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If by "AllStars" Vic Lewis means a worldclass rhythm section backing three superb frontliners, then he's squarely on the mark, as With Love to Gerry (Mulligan, of course) embodies exactly that. There are two exceptions, the opening "Noblesse," performed by an a cappella "trombone choir" (actually, Andy Martin overdubbed), and the luminous "Ballade," handsomely shaped by Christian Jacob's unaccompanied piano. Martin, one of the West Coast's (and the world's) stellar young trombonists, is partnered the rest of the way by another selfreliant 'bone specialist, Bob McChesney, and the vastly underrated trumpeter Bob Summers. The compositions are Mulligan's, the charts by Bill Holman ("I'm Gonna Go Fishing," "Go Home"), Manny Albam ("Walkin' Shoes"), Bob Brookmeyer ("Bweebida Bobbida"), Bill Liston ("I Heard the Shadows Dancing"), Jacob ("Ballade") and Gordon Goodwin (two versions of "Noblesse," one for Martin's "choir," the other for the full sextet). It remains for the AllStars to bring each of them to life, a mission they carry out with dexterity and élan. Summers is especially impressive, reminding one, in the way he builds and resolves his solos, and in his striking technical prowess, of the late great Clifford Brown (listen to "Walkin' Shoes" or "Bweebida Bobbida" for convincing evidence). Martin and McChesney are comparably eloquent, while Jacob, bassist Trey Henry and drummer Ray Brinker keep them securely on course with their rhythmic resourcefulness. Besides framing a number of engaging solos, Henry interpolates the melody on the second version of "Noblesse," which ends as the first one began, with trombone choir (this time Martin and McChesney together). An ardent love letter from six marvelous musicians to a fallen but fondly remembered comrade.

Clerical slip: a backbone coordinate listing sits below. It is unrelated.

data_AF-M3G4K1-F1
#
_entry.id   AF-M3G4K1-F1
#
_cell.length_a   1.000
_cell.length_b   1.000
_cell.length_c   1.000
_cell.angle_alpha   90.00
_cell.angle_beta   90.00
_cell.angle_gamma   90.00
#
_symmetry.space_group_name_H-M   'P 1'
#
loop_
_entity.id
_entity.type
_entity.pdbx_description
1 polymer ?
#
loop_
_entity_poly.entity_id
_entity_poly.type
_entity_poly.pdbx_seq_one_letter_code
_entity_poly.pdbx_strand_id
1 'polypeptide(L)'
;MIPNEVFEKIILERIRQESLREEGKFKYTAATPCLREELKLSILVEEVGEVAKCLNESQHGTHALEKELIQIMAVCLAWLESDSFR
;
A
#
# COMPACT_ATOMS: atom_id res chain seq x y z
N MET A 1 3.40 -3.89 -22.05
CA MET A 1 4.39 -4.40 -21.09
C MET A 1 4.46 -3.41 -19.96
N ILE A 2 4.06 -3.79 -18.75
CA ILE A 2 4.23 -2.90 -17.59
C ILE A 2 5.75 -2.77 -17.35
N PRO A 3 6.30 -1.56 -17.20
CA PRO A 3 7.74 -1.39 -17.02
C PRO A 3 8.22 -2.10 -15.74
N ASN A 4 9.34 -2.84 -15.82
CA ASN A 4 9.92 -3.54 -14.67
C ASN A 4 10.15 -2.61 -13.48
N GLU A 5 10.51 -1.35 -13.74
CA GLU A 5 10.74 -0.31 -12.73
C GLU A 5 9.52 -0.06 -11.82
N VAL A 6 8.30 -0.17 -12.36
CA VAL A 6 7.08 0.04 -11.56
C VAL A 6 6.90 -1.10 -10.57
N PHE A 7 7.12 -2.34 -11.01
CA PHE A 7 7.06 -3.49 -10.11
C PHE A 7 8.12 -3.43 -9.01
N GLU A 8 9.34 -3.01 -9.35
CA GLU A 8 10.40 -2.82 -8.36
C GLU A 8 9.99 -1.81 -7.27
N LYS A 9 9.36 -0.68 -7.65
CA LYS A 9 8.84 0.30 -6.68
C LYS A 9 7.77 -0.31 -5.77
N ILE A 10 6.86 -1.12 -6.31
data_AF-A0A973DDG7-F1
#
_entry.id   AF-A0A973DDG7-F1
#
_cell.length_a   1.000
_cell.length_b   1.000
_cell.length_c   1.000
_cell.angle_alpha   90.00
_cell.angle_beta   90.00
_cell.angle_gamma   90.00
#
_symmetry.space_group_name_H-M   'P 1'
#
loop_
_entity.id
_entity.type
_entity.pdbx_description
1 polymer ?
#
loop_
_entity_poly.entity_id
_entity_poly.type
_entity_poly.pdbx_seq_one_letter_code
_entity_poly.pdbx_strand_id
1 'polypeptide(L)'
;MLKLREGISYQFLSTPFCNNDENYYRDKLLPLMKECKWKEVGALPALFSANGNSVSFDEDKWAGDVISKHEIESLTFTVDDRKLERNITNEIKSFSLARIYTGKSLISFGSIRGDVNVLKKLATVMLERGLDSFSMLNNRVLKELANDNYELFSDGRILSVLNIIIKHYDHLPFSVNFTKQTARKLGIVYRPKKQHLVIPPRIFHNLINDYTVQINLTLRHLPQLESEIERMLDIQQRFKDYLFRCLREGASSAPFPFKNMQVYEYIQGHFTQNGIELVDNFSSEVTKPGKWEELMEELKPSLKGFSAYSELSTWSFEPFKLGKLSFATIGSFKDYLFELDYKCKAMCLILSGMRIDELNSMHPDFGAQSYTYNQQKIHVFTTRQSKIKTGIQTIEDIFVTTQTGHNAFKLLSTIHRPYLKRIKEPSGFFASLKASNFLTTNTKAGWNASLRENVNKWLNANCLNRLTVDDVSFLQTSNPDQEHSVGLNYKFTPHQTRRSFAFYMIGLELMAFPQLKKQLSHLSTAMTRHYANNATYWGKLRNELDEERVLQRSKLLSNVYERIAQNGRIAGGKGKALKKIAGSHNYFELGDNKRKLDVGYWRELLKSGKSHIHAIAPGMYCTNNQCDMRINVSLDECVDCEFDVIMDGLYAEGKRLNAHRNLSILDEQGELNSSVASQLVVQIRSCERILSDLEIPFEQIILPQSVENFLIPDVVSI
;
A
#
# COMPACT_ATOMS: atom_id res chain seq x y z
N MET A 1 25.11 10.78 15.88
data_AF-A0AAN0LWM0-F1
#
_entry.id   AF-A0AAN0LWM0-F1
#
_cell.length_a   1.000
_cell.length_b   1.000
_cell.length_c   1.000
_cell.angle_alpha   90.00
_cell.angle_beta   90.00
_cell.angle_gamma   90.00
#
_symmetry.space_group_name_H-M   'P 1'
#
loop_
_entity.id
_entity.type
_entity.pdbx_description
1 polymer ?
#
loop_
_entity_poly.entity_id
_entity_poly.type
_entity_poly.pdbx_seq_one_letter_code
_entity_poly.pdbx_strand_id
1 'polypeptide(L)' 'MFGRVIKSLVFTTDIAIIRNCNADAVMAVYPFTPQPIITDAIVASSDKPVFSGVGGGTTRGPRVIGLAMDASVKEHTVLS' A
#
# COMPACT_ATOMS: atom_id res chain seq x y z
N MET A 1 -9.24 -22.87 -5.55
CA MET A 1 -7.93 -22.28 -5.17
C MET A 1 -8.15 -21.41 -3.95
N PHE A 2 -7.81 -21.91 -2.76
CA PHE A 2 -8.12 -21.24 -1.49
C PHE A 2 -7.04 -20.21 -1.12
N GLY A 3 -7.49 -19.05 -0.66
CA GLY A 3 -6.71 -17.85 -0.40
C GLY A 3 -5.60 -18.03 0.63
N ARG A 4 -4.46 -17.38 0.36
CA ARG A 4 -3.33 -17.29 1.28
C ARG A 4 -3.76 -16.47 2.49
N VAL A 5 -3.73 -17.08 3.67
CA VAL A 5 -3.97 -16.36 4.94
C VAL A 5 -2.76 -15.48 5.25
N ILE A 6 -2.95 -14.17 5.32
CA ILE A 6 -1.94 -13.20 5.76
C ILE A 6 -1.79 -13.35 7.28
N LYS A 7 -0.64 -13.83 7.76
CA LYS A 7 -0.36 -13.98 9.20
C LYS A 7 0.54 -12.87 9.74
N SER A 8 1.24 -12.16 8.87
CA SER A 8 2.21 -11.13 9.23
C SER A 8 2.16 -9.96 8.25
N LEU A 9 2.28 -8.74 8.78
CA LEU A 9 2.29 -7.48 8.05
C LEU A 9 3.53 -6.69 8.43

Track Listing: Noblesse; I
Personnel: Andy Martin, trombone, trombone choir; Bob McChesney, trombone; Bob Summers, trumpet; Christian Jacob, piano; Trey Henry, bass; Ray Brinker, drums.
I love jazz because it mixes intellect and emotion in a very spontaneous way.
I was first exposed to jazz by liberating a Coltrane and a Pharoah Sanders record from a friend in NYC and listening to them over and over until I got it.
My advice to new listeners is you have to take the time to listen to some jazz tunes a number of times until it starts to make sense.